We care about living life.

Eating well in retirement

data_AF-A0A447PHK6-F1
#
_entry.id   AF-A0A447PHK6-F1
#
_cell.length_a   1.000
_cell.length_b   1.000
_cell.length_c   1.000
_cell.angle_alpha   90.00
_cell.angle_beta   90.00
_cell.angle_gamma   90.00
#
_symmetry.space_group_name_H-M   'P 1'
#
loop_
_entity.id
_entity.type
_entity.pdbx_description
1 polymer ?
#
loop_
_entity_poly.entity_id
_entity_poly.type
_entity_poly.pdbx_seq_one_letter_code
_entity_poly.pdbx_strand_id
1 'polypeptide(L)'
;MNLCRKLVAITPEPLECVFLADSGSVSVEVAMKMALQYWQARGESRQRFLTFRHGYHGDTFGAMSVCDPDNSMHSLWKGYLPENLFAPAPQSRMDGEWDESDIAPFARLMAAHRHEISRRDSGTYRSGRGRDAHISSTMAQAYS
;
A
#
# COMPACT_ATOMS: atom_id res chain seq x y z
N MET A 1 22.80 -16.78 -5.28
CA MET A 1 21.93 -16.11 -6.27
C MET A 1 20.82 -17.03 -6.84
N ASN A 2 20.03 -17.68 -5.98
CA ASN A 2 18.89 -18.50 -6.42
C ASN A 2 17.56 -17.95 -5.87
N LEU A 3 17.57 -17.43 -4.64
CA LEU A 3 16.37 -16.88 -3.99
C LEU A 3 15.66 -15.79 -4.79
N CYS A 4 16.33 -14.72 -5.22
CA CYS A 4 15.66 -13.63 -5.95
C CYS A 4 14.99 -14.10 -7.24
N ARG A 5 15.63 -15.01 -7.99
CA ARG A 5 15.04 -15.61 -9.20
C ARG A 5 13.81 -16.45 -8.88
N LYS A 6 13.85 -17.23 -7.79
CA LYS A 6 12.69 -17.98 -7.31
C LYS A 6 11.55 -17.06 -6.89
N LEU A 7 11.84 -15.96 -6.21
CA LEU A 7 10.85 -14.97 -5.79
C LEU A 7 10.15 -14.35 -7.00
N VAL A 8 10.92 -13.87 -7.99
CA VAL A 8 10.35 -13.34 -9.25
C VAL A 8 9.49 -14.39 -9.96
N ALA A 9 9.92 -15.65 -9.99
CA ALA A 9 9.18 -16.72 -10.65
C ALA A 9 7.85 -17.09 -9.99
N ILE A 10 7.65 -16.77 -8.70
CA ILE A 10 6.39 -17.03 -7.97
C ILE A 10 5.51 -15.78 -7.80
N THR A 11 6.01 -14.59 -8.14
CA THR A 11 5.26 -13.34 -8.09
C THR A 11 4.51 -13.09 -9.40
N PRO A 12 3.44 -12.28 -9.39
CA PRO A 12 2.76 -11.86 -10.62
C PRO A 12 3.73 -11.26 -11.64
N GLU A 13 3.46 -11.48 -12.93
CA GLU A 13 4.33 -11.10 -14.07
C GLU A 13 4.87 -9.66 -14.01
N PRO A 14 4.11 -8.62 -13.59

Eating well in retirement is essential to a happy one. The benefits of eating well are well researched and wide reaching. Eating well promotes energy and helps reduce the risk of heart disease. It also helps with weight control, which is important as we age. Being more sedentary and gaining weight at an older age can lead to higher chances of heart-related diseases such as strokes and type 2 diabetes. Additionally, nutrient deficiencies can affect mobility, weaken bones and muscles and can contribute to cognitive issues. Retirement communities such as those operated by award-winning LifeCare Residences fully understand the importance of healthy eating for their residents, and not only provide delicious meals in their chef-led restaurants, they do everything possible to cater to their residents’ special dietary needs. All the LifeCare Residences communities in the UK go the extra mile to ensure that their residents benefit from delicious and nutritionally optimal meals. At Somerleigh Court in Dorchester, the team has set up a home delivery service for residents with an emphasis on locally sourced and local farm produced products. This also includes providing fresh fish – high in essential oils and fatty acids – caught from the local coast, just ten minutes away. The team at Somerleigh Court has also put together ‘food passports’ which helps to ensure that all staff are familiar with the likes and dislikes of each resident, and most importantly to accommodate special dietary requirements. For those residents craving a satisfying ‘cooked’ meal, the in-house chef at Somerleigh Court is able to create delicious meals such as hearty roast dinners and fresh fish and chips. Residents at Grove Place also benefit from enjoying the seasonal fruit and vegetables grown in the dedicated kitchen garden. Home-grown leeks, onions, herbs, red chard and even rhubarb are regularly found on the menu. The main health benefit of this home-grown food is that it’s fresher. Fruit and vegetables begin to lose their nutrients within 24 hours of being picked. In addition, home-grown or locally grown food is picked at its peak ripeness, when it’s most dense with nutrients.